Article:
It's your choice to only have a little music during the ceremony or a lot of it. Keep in mind, though, that it is not a concert; having just enough music to cover the basics can be enough. Remember, your guests came to celebrate you, so it is best not to clutter the ceremony with too much music - keep it classy. If there is no room for some of your song choices, you can always play them during the reception. Also, while having a vocalist or several, or even a chorus, can be beautiful, be sure that their singing will not wear your guests thin with too many vocal numbers, or interfere with important features of the ceremony. You don't want the soloist distracting the guests while shirk or hitting piercing high notes as the bride is walking down the aisle. Opt to have your vocalists lead the hymns, or sing before or after the ceremony. The songs you choose and the placement of them during the ceremony will set the mood and flow of events.

Determine the parts of the ceremony you wish to set to music

Remember that the music is meant to be the glue that holds your ceremony together. You want your event to be able to keep a pleasurable flow. Think about the parts of the ceremony that you are choosing music for. Potential parts of the ceremony that can be set to music may include the prelude, the processional (you can select separate pieces for the wedding party and the bridal entrance), congregational hymns and religious ceremony responses, the lighting of the unity candle, the recessional and the postlude. If you wish to, you may add a vocalist to any of these pieces. Keep in mind that several of these pieces, especially during the processional, may only take a few seconds to move through, so try to choose similar-sounding music for these parts. Instead of trying to cram too many songs into the ceremony, which may disrupt the flow, you can also save some of those songs to be played at the reception instead. An important note: If your ceremony is in a place of worship, remember to get your list of song selections approved by the coordinator.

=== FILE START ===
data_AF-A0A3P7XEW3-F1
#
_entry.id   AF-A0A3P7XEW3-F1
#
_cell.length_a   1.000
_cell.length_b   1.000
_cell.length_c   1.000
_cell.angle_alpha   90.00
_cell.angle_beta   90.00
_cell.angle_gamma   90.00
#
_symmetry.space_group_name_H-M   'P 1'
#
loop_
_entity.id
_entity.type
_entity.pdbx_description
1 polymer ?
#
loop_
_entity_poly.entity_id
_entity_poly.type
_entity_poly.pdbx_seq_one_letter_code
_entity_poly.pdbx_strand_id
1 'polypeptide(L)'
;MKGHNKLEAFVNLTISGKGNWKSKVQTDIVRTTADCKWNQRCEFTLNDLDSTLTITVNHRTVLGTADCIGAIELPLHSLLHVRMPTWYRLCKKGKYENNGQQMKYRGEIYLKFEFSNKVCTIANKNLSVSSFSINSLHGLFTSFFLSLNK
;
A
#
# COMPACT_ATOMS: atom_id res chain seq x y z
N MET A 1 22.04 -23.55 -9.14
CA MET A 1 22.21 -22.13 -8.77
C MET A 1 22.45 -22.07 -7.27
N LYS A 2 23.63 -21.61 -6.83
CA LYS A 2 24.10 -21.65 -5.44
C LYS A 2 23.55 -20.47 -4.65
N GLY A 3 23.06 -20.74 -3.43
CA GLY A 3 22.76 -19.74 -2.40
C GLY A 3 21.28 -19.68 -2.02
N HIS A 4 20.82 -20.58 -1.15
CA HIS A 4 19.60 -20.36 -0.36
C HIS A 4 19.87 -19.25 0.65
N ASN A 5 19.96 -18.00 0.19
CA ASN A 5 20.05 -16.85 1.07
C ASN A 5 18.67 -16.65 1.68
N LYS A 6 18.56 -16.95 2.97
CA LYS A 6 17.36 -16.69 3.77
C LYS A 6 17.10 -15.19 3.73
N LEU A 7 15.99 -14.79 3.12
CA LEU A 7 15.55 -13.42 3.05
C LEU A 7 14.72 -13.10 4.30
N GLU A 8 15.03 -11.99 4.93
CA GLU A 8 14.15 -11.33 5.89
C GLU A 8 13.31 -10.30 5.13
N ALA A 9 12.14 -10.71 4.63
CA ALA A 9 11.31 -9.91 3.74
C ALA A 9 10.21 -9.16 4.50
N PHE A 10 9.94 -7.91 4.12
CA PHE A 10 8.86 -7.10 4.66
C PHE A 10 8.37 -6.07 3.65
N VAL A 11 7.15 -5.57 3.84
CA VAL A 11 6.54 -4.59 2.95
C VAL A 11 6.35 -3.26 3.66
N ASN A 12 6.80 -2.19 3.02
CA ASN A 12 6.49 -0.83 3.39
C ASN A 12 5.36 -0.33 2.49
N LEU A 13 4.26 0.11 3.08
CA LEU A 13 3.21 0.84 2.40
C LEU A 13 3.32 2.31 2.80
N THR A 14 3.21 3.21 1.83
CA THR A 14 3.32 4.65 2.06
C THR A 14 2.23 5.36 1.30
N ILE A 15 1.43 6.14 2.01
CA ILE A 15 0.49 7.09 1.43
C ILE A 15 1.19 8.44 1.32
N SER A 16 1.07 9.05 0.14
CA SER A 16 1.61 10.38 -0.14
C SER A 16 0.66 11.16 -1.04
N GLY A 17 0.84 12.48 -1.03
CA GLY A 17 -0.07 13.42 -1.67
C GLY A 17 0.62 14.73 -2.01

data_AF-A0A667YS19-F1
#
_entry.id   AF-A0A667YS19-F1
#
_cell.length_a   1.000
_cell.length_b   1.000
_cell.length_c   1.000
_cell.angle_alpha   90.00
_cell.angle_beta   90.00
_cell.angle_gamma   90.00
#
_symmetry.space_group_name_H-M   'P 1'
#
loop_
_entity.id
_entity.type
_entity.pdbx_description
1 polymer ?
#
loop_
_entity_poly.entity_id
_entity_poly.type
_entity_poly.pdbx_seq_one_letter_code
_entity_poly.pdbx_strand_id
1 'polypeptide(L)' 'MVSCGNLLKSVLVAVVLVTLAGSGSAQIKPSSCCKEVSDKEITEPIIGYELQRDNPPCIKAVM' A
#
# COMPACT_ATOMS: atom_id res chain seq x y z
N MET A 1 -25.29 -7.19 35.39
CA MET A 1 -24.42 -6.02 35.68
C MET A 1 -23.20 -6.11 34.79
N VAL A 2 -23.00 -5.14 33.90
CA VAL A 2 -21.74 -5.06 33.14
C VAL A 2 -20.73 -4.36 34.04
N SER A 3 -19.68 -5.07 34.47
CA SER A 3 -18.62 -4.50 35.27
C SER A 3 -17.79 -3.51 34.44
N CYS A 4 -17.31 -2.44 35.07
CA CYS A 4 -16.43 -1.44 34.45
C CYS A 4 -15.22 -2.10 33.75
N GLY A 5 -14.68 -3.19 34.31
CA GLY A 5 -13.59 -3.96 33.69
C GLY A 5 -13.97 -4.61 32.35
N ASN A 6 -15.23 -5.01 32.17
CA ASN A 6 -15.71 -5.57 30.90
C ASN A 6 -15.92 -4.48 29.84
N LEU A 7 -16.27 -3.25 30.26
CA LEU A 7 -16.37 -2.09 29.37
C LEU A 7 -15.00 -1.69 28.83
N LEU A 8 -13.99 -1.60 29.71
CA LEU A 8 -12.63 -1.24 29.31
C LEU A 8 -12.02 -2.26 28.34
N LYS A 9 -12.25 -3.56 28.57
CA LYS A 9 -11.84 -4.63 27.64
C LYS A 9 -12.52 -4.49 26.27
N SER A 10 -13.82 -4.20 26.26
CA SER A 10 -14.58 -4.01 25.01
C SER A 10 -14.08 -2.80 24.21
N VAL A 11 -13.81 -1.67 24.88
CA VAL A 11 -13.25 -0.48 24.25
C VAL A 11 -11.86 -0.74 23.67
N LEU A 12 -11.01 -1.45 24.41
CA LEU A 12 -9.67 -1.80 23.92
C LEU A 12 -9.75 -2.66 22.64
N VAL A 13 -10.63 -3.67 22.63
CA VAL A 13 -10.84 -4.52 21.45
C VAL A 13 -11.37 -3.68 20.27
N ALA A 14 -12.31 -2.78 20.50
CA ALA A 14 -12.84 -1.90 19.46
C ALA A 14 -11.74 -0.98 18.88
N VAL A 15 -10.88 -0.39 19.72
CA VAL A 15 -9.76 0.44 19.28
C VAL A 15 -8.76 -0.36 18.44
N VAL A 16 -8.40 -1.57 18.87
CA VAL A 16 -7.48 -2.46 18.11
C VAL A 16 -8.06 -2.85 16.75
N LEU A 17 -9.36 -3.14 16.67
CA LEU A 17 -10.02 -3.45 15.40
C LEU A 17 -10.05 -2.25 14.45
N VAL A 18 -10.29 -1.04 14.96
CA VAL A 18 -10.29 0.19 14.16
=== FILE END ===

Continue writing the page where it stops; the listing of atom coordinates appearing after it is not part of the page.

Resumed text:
Determine the number and type of musicians you desire that fit your style

Size definitely matters - when it comes to musicians at your wedding. Consider your space limitations at the venue beforehand to make sure there's enough room for all the musicians you need and all the equipment they require. Choose musicians that not only best fit your chosen style, but who are also comfortable with that style. String quartets are lovely for traditional weddings, while contemporary weddings can be very charming with just a solo pianist, saxophonist, or acoustic guitar player. Churches may have their own musicians besides the organist that you might use. You may also want to consider choosing an instrument that's unique to your individual culture if it's important to you. Feel free to include family members with musical talents in your ceremony also. Just bear in mind that not all musicians are created equal. If you ask someone who is not a professional, understand that they may not exactly perform perfectly on the big day.

Don't hesitate to ask for advice

With so many choices and varieties of music to pick from, it can get easy to become lost or overwhelmed. Don't be afraid to ask your close friends or people who know you well for help if you need it. Ask a newly married friend about their experiences in selecting music and any tips about what they did or what they would have done differently. You might even want to hold off on booking musicians until you've decided on your musical choices. However, you might also considering welcoming the advice and ideas of the professional musicians whom you hire - they may be able to suggest something that's right up your alley. Listening to CD's of popular wedding music can help you get the ball rolling as well. Ultimately, the selection of music is up to you and your fiance, so choose what feels right for you!